PureTech licenses ‘bacterial cocktail’ to boost cancer immunotherapy
PureTech Health is to develop a combination of a microbiome treatment with checkpoint inhibitor immunotherapy to enhance the effect of the cancer drugs.
The Massachusetts biotech specialises in the interconnection, or what it calls the ‘crosstalk’ and biological processes associated with the brain, immune system and gut axis.
The company prides itself on tackling existing problems and diseases with novel approaches, and this latest research is based on remarkable insights into the connection between the microbiome and the immune system.
Its latest deal is based on preclinical studies which suggest the effects of checkpoint inhibitor class drugs are significantly amplified when combined with beneficial bacterial.
PureTech’s affiliate Vedanta Biosciences has licensed in intellectual property based on research of Dr Kenya Honda, professor at Keio University School of Medicine and collaborators in the University of Tokyo in Japan.
The therapy, licensed from JSR Corporation, involves the uses of symbiotic groups of bacteria – known as ‘consortia’ – that usually live on or around the human body and have been specially formulated to boost the immune system.
These live biotherapeutics have been shown to activate CD8+ T cells, a type of white blood cell that usually leads the attack after the immune system has been primed with cancer immunotherapy.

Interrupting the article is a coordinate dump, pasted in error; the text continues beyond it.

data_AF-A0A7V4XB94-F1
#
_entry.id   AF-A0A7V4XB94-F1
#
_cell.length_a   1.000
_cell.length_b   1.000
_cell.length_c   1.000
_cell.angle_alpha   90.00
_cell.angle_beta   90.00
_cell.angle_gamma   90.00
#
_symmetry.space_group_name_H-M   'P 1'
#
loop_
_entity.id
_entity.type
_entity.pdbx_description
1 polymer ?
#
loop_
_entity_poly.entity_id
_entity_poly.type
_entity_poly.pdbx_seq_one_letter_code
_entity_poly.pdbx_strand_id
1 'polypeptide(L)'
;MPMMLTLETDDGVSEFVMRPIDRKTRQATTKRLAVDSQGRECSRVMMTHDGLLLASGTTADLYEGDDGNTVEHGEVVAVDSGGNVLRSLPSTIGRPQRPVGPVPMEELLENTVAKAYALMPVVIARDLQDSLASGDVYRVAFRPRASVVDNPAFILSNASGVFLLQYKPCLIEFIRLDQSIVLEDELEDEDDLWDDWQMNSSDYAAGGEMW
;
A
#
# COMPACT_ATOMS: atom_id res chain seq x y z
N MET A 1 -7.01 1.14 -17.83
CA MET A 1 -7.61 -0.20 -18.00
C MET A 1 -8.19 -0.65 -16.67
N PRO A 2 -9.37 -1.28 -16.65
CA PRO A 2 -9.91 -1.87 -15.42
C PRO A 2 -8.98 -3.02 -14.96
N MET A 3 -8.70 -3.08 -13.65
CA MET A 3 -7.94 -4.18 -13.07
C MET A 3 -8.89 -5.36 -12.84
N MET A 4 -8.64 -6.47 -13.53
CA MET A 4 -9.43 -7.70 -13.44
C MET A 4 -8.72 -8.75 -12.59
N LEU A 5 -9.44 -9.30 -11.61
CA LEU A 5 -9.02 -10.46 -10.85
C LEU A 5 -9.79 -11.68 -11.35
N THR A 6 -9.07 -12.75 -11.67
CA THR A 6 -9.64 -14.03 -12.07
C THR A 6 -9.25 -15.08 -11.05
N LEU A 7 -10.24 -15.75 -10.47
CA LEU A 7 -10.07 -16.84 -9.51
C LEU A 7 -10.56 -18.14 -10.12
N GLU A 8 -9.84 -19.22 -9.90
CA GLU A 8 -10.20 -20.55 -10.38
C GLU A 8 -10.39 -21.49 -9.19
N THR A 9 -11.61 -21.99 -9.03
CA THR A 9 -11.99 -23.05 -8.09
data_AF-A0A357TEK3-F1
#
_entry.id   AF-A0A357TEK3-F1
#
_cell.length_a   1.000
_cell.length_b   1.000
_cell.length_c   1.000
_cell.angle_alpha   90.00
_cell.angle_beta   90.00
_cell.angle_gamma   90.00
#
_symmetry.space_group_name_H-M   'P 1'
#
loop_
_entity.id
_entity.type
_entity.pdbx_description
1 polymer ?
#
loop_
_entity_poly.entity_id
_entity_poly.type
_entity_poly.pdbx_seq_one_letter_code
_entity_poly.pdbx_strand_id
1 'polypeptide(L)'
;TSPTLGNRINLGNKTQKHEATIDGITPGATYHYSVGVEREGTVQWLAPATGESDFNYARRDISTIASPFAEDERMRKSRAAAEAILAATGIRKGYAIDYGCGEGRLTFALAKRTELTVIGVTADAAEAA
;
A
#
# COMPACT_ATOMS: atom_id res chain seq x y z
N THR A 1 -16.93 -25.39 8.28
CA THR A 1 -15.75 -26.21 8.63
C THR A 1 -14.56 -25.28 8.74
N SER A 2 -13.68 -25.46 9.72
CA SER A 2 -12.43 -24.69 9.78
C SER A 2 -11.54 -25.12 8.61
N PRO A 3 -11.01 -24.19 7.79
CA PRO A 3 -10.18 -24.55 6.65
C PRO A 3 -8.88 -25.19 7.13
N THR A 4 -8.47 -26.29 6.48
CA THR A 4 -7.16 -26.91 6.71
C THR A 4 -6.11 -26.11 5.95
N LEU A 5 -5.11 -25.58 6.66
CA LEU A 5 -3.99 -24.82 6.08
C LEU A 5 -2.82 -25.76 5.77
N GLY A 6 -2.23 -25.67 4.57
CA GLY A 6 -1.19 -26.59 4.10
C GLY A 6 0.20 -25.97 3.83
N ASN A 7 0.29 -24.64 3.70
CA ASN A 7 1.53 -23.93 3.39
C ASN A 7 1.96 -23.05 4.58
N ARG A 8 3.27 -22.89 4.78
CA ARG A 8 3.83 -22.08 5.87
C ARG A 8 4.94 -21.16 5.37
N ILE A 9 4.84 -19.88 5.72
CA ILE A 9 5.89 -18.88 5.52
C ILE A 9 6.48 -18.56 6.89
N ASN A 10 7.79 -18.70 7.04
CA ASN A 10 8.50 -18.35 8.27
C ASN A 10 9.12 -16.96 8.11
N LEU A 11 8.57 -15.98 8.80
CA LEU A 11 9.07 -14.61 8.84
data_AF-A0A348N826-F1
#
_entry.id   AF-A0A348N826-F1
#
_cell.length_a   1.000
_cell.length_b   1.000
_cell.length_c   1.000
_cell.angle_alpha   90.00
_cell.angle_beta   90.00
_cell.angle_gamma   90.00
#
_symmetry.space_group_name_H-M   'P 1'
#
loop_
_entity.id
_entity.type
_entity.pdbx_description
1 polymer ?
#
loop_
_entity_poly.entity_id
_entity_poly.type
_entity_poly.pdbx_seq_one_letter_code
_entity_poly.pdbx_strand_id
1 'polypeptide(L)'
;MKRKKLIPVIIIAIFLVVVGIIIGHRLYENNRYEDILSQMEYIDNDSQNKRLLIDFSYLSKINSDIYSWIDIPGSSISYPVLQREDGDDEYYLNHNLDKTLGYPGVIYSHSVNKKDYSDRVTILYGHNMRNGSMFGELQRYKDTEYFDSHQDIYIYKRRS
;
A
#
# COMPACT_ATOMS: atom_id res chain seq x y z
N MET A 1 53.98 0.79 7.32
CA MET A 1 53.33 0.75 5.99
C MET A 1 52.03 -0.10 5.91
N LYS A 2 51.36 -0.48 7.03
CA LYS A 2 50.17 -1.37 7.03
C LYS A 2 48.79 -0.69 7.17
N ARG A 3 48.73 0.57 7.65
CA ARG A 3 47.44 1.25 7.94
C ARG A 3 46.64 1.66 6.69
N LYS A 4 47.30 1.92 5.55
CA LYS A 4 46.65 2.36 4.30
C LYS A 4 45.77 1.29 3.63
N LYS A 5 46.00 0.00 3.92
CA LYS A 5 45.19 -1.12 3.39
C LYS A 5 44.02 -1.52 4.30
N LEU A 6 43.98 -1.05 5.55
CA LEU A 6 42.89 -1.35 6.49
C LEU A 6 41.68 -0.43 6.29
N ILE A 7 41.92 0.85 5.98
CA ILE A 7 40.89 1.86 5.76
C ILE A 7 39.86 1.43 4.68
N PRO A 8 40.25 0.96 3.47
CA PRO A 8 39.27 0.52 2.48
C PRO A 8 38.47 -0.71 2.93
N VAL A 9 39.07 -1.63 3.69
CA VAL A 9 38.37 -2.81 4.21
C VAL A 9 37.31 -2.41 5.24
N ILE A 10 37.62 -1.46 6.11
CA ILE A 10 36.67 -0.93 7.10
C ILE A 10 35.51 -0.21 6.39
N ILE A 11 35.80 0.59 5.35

The biotech aims to combine the bacteria with existing immunotherapy drugs to produce a stronger attack on tumours.
Vedanta is working to take the lead orally administered product candidate, containing defined bacterial ingredients, into the clinic. It plans to file an application to begin clinical trials with the FDA next year.
Bernat Olle, CEO of Vedanta Biosciences, said: “Dr Honda’s research suggests an entirely new approach to cancer immunotherapy harnessing the human microbiome, which has the potential to significantly enhance the effectiveness of cancer therapies.”
Vedanta specialises in development of therapies for immune and infectious diseases, based on cocktails of bacteria derived from the human microbiome.
Its founding team included a group of experts in immunology and microbiology, and has isolated and maintains a largest collection of these bacterial strains.
This work has led to identification of strains inducing a range of immune responses including induction of regulatory T cells, CD8+ T cells, and Th17 cells, among others.
PureTech is also developing Gelesis100, a novel hydrogel that comes in a capsule, and when swallowed it swells up to provide the feeling of a full stomach and thereby reduce calorie intake in obese patients.
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